View details for DOI 10.1097/WNO.0000000000000613

    View details for PubMedID 29369960

  • Four Cancers and a Rash: Henoch-Schonlein Purpura AMERICAN JOURNAL OF MEDICINE Kim, R. K., Thomas, A. R., Card, M., Malhotra, D., Holleck, J. L. 2017; 130 (10): 1158–60

    View details for DOI 10.1016/j.amjmed.2017.06.015

    View details for Web of Science ID 000410998300030

    View details for PubMedID 28711558

  • Glucagon-induced hypertensive emergency: a case report. Journal of clinical anesthesia Legler, A., Kim, R. K., Chawla, N. 2016; 35: 493-496


    Glucagon is well acknowledged as a sphincter of Oddi relaxant for both diagnostic and therapeutic uses in choledocholithiasis, and an empiric treatment for β-blocker overdose. Although it has been implicated in inducing cardiovascular crises in patients with asymptomatic pheochromocytoma, adverse effects in other patient populations have not been characterized. This case report describes a patient with hypertension controlled on β blockers who, after glucagon administration during an intraoperative cholangiography, experienced hypertensive emergency despite adequate pain control. Nitroglycerin acted as a key agent to decrease the patient's blood pressure as well as a secondary relaxant of the sphincter of Oddi. The patient had no radiographic evidence of pheochromocytoma. As out-of-operating room and intraoperative uses of glucagon continue to increase, perioperative physicians should be aware of its potential hemodynamic effects even in healthy populations.

    View details for DOI 10.1016/j.jclinane.2016.08.033

    View details for PubMedID 27871582

  • Efficacy and Safety of Nonopioid Analgesics in Perioperative Pain Control. Current drug safety Thomas, D. A., West, M., Legler, A., Maslin, B., Kim, R. K., Vadivelu, N. 2016; 11 (3): 196-205


    Opioids have been the mainstay for management of acute postoperative pain for several decades. Extensive use, however, has been associated with multiple side effects. Multimodal approaches that incorporate nonopioid medications and techniques have been observed to achieve optimum pain control whilst decreasing side effects. Such strategies are particularly important to consider for opioid-dependent and tolerant patients with various comorbidities undergoing different types of surgery. This review assesses recent data on nonopioid analgesics for postoperative pain control, highlighting evidence of their safety profiles in contemporary pain management.

    View details for DOI 10.2174/1574886311666160426130444

    View details for PubMedID 27113953

  • Tumor necrosis factor disrupts claudin-5 endothelial tight junction barriers in two distinct NF-κB-dependent phases. PloS one Clark, P. R., Kim, R. K., Pober, J. S., Kluger, M. S. 2015; 10 (3): e0120075


    Capillary leak in severe sepsis involves disruption of endothelial cell tight junctions. We modeled this process by TNF treatment of cultured human dermal microvascular endothelial cell (HDMEC) monolayers, which unlike human umbilical vein endothelial cells form claudin-5-dependent tight junctions and a high-resistance permeability barrier. Continuous monitoring with electrical cell-substrate impedance sensing revealed that TNF disrupts tight junction-dependent HDMEC barriers in discrete steps: an ~5% increase in transendothelial electrical resistance over 40 minutes; a decrease to ~10% below basal levels over 2 hours (phase 1 leak); an interphase plateau of 1 hour; and a major fall in transendothelial electrical resistance to < 70% of basal levels by 8-10 hours (phase 2 leak), with EC50 values of TNF for phase 1 and 2 leak of ~30 and ~150 pg/ml, respectively. TNF leak is reversible and independent of cell death. Leak correlates with disruption of continuous claudin-5 immunofluorescence staining, myosin light chain phosphorylation and loss of claudin-5 co-localization with cortical actin. All these responses require NF-κB signaling, shown by inhibition with Bay 11 or overexpression of IκB super-repressor, and are blocked by H-1152 or Y-27632, selective inhibitors of Rho-associated kinase that do not block other NF-κB-dependent responses. siRNA combined knockdown of Rho-associated kinase-1 and -2 also prevents myosin light chain phosphorylation, loss of claudin-5/actin co-localization, claudin-5 reorganization and reduces phase 1 leak. However, unlike H-1152 and Y-27632, combined Rho-associated kinase-1/2 siRNA knockdown does not reduce the magnitude of phase 2 leak, suggesting that H-1152 and Y-27632 have targets beyond Rho-associated kinases that regulate endothelial barrier function. We conclude that TNF disrupts TJs in HDMECs in two distinct NF-κB-dependent steps, the first involving Rho-associated kinase and the second likely to involve an as yet unidentified but structurally related protein kinase(s).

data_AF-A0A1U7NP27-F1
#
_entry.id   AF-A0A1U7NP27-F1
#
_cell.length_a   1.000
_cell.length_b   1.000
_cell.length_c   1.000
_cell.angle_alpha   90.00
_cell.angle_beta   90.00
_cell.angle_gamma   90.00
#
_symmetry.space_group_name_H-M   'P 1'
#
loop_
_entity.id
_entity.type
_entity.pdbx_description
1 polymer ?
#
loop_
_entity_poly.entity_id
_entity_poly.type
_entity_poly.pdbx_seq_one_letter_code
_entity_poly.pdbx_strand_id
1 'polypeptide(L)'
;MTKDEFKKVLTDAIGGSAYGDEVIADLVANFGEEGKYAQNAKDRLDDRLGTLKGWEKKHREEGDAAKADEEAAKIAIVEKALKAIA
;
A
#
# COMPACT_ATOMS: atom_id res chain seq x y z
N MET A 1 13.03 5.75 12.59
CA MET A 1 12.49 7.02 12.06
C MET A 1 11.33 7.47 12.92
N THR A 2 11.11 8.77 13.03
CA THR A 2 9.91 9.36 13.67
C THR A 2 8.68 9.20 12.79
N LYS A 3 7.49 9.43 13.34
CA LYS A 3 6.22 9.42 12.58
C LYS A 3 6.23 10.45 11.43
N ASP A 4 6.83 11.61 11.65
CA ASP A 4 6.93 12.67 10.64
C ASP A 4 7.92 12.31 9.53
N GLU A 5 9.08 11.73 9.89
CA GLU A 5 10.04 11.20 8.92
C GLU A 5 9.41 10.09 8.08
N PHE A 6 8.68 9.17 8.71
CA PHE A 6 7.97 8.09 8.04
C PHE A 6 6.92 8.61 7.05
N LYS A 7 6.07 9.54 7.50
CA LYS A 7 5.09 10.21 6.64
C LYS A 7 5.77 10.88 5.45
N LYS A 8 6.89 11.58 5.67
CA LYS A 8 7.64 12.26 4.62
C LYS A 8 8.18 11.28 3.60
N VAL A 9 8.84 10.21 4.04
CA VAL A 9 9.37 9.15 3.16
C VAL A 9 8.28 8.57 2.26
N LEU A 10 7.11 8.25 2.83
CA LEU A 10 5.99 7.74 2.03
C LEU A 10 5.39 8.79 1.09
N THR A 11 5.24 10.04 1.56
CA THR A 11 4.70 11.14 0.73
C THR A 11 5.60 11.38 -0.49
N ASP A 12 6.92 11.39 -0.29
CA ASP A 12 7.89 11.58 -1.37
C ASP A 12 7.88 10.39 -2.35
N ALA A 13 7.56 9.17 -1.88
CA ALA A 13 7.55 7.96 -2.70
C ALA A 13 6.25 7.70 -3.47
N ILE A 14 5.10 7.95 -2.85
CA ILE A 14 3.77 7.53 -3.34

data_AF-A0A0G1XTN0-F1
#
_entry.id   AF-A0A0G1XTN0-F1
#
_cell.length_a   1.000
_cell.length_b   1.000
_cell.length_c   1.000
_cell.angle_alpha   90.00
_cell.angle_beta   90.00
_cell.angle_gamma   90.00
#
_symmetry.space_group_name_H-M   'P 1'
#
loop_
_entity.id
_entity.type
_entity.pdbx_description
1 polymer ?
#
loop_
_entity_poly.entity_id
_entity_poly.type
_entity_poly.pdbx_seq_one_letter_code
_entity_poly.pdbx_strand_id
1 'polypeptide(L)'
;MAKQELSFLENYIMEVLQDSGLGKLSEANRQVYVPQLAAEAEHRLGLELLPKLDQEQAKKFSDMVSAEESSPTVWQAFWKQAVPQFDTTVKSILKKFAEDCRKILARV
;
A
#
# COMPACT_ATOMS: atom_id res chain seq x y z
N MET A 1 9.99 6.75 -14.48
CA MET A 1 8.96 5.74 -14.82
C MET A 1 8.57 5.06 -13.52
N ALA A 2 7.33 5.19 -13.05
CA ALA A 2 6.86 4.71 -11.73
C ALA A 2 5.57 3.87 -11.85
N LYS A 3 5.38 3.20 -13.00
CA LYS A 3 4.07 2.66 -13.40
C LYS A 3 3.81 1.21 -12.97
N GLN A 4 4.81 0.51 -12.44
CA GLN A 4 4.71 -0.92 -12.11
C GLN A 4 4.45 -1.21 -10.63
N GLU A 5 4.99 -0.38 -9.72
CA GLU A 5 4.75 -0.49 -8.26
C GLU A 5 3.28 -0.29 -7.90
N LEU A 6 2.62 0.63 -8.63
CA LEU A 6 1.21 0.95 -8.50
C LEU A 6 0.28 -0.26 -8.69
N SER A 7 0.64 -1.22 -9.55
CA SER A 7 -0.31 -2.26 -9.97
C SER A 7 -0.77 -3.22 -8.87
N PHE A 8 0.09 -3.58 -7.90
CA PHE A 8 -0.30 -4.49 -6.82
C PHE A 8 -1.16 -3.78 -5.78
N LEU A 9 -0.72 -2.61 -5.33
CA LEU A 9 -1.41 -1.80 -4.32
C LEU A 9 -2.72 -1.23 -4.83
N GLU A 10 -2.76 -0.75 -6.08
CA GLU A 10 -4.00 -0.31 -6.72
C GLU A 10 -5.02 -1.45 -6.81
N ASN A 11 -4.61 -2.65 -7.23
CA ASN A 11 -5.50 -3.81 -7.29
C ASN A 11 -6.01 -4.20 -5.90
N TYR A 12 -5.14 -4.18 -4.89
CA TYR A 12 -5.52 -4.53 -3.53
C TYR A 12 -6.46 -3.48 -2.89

View details for DOI 10.1371/journal.pone.0120075

    View details for PubMedID 25816133

    View details for PubMedCentralID PMC4376850